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4 Ways To Propagate Easter Cactus

4 Ways To Propagate Easter Cactus

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Everyone is crazy about holiday cactuses and, since Easter is arriving, the Easter cactus steals the show. 

This species generates lovely star-shaped blooms, making it an absolute must-have for a picture-perfect celebration.

If you want more of these wonderful plants in your collection, you’re in the right place.

In this article, I’ll show you how to propagate Easter cactus in 4 different ways. 

Let’s get started!

1. Soil Propagation

One of the most common ways of propagating Easter cactuses aka Rhipsalidopsis gaertneri, is through cuttings. This is a straightforward propagation method and the best time to do it is approximately 2-3 months after flowering

First, prepare a few smaller pots, depending on how many Easter cuttings you want to take, suitable potting mix, a mister, and a plastic bag.

Here are the steps.

1. Select a cutting with about 3 segments and carefully twist it off the plant, making sure not to break its base. If the bottom part is damaged, your cutting won’t produce new growth. 

2. Leave your Rhipsalidopsis cactus cutting for 2-3 days to dry well and form a callus. This technique prevents rotting and increases the chances of rooting.

3. Fill your pots with a quick-draining growing substrate and insert your Easter cactus cuttings, making sure at least half of the cutting is below the soil surface

4. Lightly mist the leaves and cover your holiday cactus cuttings with a plastic bag to maintain moisture. 

5. Keep your Rhipsalidopsis cuttings in bright indirect light.

6. Avoid irrigating until the new roots occur, and repot your Easter cactus cuttings after the roots are a few inches long. 

7. Once you transplant the cuttings, resume with the usual Easter cactus watering regime.

2. Water Propagation

Many growers propagate their plants in water because it’s easy and you can see the entire process. 

For this method, all you need to prepare are a few glasses or jars and clean and fresh water

Here are the steps.

1. Take the Easter cactus cuttings by gently twisting them off the plant.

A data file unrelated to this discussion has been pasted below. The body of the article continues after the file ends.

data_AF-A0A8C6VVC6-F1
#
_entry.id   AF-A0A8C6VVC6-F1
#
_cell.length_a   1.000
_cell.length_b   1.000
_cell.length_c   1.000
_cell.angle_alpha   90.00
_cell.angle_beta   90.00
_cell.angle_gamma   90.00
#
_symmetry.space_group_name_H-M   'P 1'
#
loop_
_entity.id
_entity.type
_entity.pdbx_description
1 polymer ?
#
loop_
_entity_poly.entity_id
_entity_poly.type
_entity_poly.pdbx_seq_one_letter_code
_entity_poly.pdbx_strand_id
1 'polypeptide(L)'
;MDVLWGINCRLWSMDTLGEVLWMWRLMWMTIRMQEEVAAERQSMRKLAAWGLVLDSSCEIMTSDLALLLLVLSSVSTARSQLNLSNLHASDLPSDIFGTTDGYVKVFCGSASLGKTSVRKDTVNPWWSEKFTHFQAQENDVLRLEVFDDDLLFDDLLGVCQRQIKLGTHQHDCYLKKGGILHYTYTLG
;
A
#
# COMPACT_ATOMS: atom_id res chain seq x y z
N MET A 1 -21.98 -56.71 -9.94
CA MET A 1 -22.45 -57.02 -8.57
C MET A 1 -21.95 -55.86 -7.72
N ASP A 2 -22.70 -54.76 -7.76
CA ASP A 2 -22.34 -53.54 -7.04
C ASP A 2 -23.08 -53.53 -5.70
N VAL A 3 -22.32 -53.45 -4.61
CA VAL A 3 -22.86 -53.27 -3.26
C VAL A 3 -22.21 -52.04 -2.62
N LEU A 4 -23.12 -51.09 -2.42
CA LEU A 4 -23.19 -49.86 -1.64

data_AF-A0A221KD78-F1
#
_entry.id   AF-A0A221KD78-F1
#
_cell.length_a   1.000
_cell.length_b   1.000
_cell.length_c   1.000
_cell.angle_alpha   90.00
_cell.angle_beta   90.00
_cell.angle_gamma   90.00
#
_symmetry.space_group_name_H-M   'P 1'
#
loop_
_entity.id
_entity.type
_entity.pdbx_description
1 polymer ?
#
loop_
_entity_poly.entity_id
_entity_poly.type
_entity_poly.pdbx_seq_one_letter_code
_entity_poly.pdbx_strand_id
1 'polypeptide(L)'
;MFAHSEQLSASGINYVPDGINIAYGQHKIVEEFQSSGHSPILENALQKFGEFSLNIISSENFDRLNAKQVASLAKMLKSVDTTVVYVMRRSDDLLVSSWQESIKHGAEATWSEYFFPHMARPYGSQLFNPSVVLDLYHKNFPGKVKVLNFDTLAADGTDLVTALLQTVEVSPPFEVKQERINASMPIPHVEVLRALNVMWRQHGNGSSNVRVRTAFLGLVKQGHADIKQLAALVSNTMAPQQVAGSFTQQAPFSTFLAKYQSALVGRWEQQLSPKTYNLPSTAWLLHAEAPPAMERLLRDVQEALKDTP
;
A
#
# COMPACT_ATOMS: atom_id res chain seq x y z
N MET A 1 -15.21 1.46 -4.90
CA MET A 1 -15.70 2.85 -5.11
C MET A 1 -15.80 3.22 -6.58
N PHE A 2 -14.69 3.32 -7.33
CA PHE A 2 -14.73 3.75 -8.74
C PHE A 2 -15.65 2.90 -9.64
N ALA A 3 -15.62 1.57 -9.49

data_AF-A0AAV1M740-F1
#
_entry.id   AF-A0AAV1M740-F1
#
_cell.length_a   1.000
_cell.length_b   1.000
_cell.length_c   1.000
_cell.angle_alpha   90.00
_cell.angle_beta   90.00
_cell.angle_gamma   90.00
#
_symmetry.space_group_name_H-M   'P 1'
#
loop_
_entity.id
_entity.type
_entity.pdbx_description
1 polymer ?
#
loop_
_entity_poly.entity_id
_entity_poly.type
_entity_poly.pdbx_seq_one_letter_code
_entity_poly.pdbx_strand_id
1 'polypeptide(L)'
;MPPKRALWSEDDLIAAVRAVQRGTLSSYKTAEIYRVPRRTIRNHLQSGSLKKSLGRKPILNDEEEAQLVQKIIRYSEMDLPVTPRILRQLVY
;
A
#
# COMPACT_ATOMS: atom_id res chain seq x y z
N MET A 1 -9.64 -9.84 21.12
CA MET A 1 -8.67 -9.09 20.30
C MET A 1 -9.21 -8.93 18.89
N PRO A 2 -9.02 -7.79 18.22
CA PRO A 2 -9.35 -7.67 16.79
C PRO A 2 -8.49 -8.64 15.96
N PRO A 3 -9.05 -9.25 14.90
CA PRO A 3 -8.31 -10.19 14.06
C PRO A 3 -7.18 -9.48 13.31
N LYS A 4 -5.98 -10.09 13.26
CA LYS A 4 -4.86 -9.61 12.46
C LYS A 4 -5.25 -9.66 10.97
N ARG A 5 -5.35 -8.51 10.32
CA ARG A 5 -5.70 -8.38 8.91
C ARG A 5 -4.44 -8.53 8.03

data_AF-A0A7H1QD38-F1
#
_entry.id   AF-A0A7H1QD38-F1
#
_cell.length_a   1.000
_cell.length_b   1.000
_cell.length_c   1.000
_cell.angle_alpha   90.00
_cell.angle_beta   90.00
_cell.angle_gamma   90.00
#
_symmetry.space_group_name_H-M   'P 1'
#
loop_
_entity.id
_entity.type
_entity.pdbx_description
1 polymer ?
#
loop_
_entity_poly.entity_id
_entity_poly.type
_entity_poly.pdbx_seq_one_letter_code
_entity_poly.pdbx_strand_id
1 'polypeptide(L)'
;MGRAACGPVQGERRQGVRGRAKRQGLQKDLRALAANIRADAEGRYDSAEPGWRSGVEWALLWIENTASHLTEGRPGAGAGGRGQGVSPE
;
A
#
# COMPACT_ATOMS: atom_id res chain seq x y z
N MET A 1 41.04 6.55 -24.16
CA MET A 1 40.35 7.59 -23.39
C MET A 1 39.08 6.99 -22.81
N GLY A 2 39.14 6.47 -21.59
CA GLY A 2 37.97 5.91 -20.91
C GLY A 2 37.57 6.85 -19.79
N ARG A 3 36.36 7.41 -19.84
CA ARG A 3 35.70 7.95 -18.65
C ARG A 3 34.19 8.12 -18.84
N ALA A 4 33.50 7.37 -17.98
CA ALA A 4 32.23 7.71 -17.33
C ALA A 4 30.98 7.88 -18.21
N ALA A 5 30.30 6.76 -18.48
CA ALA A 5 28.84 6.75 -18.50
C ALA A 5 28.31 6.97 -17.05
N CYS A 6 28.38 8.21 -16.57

2. Fill your glasses or jars with clean and fresh water and put the cuttings in, making sure the bottom part is below the water line.

3. Keep your Easter cactus cuttings in bright indirect light and change the water every couple of days to prevent pathogens from settling in the standing water. 

4. Once you notice the roots are a few inches long, plant your Easter cactus cuttings in a suitable growing substrate. 

3. Division

If your Easter cactus is large, you can divide it and get a new and full plant quickly.

Here are the steps.

1. Carefully take your Easter cactus out of its pot and loosen the soil a little bit to expose the root system. 

2. Divide the root ball into as many parts as you want, making sure each section has enough roots and stems.

3. If your Easter cactus is rootbound, make a clean cut to separate the root ball. 

4. Plant each section separately in a container filled with a free-draining growing substrate and keep them in bright indirect light.

5. Ensure all the growing conditions for your Easter cactus that you did with the mother plant. 

4. Propagating Easter Cactus Through Seeds

The methods I’ve shown you above are all easy and perfect for beginner growers. Now, I have something for all of you who love challenges and are experienced in propagating. 

You can propagate your Rhipsalidopsis through the seeds but this is uncommon because the process is pretty complicated. 

Your first task is to pollinate your Easter cactus and harvest the seeds. Once you have the seeds, here are the steps for starting them.

1. Moisten a paper towel and put your Rhipsalidopsis seeds on it. 

2. Lay the towel over an enriched growing substrate, cover it with a plastic bag, and remove the cover every day for about an hour to let the air in.

3. Ensure bright indirect light and wait for approximately 3 weeks until the Easter cactus seeds germinate. 

4. Plant Easter cactus seedlings in containers filled with a suitable potting mix.
Differentiating between Easter cactus, Christmas cactus, and Thanksgiving cactus can be hard, but propagating them is a piece of cake. Just use our guidelines and you’ll get a new Easter cactus for free!